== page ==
Conjunctivitis: Causes, Symptoms and Treatment

Conjunctivitis: Causes, Symptoms and Treatment. Also known as pink eye, red eye or pinkeye, conjunctivitis refers to the inflammation of the transparent membrane that lines the white area of the eye and the inside of our eyelids, called the conjunctiva. Conjunctivitis is a contagious condition caused by various bacteria or viruses, but also a result of an allergic reaction. Aside from other specific symptoms, the condition is often accompanied by redness and either a liquid or a mucous discharge.

If a healthy person comes into contact with this discharge, the odds he or she gets conjunctivitis are high. Though contagious and quite unpleasant overall, conjunctivitis generally does not require medical treatment. However, it might be possible for your doctor to prescribe you anti-inflammatory medication, antihistamines or topical antibiotics if the condition is severe. There are, however, several ways to improve symptoms and promote faster healing.

Pink eye

So what is conjunctivitis of the eye? As mentioned above, conjunctivitis is an inflammation of the conjunctiva, the transparent membrane covering the white part of the eye and lining the inside of our eyelids. It is also called pink eye because the inflammation causes the blood vessels in the conjunctiva (the same blood vessels we see in the white part of our eye especially when our eyes get tired) to dilate and become red or pinkish in color.

What causes conjunctivitis? Here are the main causes for the condition:
1) Viral infection.
2) Bacterial infection.
3) Allergic reaction.
4) Irritant substances in skin or hair products, cleaning products etc.
Conjunctivitis can appear in people of all ages and contracted fairly easily due to its high contagiousness.


Although conjunctivitis does not affect vision, its symptoms may produce discomfort and stress. Here are the most common 8 signs and symptoms of conjunctivitis:

1) A pinkness or redness of the white of the eye.
2) Swollen and red eyelids.
3) Watery eyes or increased tears production.
4) Itching (usually in allergic conjunctivitis) and burning.
5) Thick, mucous-like white or yellow discharge (usually in bacterial conjunctivitis).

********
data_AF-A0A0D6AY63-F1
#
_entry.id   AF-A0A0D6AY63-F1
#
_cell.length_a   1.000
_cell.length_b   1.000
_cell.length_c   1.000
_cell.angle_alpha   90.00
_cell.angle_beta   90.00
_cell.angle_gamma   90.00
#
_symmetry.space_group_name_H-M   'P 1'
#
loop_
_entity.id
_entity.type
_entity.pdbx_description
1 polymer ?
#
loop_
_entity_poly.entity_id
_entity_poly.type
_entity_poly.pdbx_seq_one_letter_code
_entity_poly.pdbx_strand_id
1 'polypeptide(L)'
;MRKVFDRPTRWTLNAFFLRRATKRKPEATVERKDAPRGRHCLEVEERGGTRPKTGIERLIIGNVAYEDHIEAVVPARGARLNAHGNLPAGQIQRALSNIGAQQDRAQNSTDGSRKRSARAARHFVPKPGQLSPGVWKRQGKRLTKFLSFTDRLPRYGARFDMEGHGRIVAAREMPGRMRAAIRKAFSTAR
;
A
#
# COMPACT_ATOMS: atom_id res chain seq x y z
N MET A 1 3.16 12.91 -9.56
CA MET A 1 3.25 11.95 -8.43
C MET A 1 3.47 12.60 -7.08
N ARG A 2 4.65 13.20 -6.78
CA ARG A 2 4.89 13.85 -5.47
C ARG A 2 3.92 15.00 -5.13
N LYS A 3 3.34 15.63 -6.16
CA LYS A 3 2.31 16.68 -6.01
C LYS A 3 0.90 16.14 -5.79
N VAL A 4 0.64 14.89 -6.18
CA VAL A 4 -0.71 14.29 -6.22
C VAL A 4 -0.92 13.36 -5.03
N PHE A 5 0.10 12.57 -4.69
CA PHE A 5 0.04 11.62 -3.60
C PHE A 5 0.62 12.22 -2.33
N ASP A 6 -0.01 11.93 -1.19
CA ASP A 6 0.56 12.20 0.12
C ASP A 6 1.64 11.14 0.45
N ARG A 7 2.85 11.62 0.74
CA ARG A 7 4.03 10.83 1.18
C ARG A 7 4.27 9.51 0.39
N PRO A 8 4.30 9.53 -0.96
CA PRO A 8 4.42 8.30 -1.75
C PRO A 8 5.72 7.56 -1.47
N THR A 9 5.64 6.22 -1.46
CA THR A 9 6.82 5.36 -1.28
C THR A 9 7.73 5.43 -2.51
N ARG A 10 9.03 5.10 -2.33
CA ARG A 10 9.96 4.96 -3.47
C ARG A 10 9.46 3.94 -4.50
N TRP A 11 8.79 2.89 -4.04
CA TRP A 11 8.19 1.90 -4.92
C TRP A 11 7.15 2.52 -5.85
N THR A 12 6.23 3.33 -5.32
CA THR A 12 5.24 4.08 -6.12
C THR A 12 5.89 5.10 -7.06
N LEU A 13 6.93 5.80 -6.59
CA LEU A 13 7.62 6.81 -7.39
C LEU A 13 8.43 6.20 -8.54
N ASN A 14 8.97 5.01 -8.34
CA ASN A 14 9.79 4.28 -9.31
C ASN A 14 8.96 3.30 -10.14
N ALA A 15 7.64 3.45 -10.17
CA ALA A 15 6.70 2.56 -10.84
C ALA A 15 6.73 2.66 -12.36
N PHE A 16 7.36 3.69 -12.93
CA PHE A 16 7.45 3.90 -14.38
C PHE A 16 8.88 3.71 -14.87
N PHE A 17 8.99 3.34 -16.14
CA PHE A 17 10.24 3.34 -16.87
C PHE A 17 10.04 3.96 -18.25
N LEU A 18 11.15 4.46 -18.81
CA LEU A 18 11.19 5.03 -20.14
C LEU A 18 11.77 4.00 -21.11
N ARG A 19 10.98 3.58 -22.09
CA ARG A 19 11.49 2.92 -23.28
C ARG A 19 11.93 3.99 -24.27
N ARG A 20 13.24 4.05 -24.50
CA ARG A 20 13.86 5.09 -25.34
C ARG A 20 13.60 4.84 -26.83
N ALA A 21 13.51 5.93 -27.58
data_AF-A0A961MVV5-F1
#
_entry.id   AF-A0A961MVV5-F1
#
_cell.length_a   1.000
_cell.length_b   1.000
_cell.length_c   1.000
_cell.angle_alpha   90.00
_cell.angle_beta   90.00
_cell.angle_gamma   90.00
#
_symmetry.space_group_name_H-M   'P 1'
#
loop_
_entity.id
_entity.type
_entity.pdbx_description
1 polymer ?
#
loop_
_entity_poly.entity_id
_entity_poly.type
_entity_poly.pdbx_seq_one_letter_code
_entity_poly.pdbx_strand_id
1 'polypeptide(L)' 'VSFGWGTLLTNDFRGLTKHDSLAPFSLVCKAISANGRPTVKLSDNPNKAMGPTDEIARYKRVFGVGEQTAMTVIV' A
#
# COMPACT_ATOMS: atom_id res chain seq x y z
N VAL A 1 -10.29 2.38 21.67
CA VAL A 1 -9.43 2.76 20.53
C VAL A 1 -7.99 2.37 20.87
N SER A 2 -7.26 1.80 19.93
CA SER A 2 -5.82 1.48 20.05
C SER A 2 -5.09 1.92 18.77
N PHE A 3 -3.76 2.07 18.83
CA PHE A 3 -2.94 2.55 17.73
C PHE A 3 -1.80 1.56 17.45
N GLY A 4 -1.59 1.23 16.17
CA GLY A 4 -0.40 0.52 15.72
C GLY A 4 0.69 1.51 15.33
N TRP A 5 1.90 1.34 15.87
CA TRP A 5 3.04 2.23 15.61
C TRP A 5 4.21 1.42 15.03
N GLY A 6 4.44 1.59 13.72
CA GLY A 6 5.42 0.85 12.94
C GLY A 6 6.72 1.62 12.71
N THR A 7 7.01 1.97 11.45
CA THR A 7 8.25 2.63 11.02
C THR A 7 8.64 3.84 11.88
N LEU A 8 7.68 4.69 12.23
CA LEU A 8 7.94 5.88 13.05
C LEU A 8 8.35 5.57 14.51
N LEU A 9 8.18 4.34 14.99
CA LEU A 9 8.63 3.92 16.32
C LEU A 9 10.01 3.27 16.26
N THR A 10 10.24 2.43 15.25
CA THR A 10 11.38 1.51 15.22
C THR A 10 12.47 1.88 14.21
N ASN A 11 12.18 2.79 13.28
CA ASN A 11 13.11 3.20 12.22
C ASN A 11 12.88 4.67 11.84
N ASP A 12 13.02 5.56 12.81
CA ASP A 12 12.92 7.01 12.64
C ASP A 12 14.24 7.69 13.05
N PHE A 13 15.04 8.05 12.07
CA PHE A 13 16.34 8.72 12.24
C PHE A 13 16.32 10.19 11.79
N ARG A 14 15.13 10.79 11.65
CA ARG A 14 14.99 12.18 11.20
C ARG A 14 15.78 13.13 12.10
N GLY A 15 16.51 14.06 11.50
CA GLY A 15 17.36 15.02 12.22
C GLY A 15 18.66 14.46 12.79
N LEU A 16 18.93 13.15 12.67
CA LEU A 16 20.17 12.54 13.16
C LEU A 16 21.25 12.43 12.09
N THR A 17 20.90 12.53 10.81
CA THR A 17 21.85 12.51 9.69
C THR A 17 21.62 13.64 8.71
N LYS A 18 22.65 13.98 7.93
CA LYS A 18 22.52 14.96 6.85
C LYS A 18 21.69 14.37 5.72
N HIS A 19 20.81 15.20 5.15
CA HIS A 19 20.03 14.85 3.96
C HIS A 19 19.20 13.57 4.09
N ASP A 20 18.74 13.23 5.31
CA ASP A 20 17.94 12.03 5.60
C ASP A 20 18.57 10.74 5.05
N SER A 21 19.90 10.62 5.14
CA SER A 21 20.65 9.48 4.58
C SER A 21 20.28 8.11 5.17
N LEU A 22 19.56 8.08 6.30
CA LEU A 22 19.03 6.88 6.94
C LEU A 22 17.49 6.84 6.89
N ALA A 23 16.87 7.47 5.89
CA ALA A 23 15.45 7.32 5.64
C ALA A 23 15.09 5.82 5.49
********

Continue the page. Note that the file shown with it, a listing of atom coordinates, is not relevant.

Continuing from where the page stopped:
6) Crusty eyelids.
7) Rhinitis (irritated, stuffy, runny nose) due to allergies.
8) Blurred vision.
9) Light sensitivity.
One of both of the eyes may be affected.

1) Viral conjunctivitis. Viral conjunctivitis can be caused by a wide range of viruses that trigger respiratory tract infections such as the common cold or flu. Adenoviruses, Herpes simplex, the Varicella zoster virus can all cause viral conjunctivitis. Adenoviruses affect us in greater numbers during the spring and fall months. Viral conjunctivitis is thhus accompanied by flu-like symptoms such as light sensitivity, swollen lymph nodes, sneezing, feelings of unwell, etc.

No antibiotic treatment is recommended because the virus has to run its course. In the case of a Herpes infection causing conjunctivitis, which is a rare occurence, your doctor might prescribe you antiviral medication.Generally, people with viral conjunctivitis are not exempt from work unless their infection is severe. The pinkeye should clear in about 1 week, although complete recovery of the eye may take about 2 weeks.

2) Bacterial conjunctivitis. Staphylococcus infections, Haemophilus influenzae type B, Chlamydia trachomatis, Moraxella, StreptococciNeisseria gonorrhoeae, etc. can all cause bacterial conjunctivitis. Eyelids are tender and red, the white of the eye becomes pinkish or red, eyes are watery and irritated. Crusting may appear and you may wake up with sealed eyelashes in the morning. There may be a white, yellow or even greenish thick discharge in more severe cases. Some sufferers also report a feeling their eyes gritty, as if there was sand in them or a foreign object. Pain may appear in severe cases.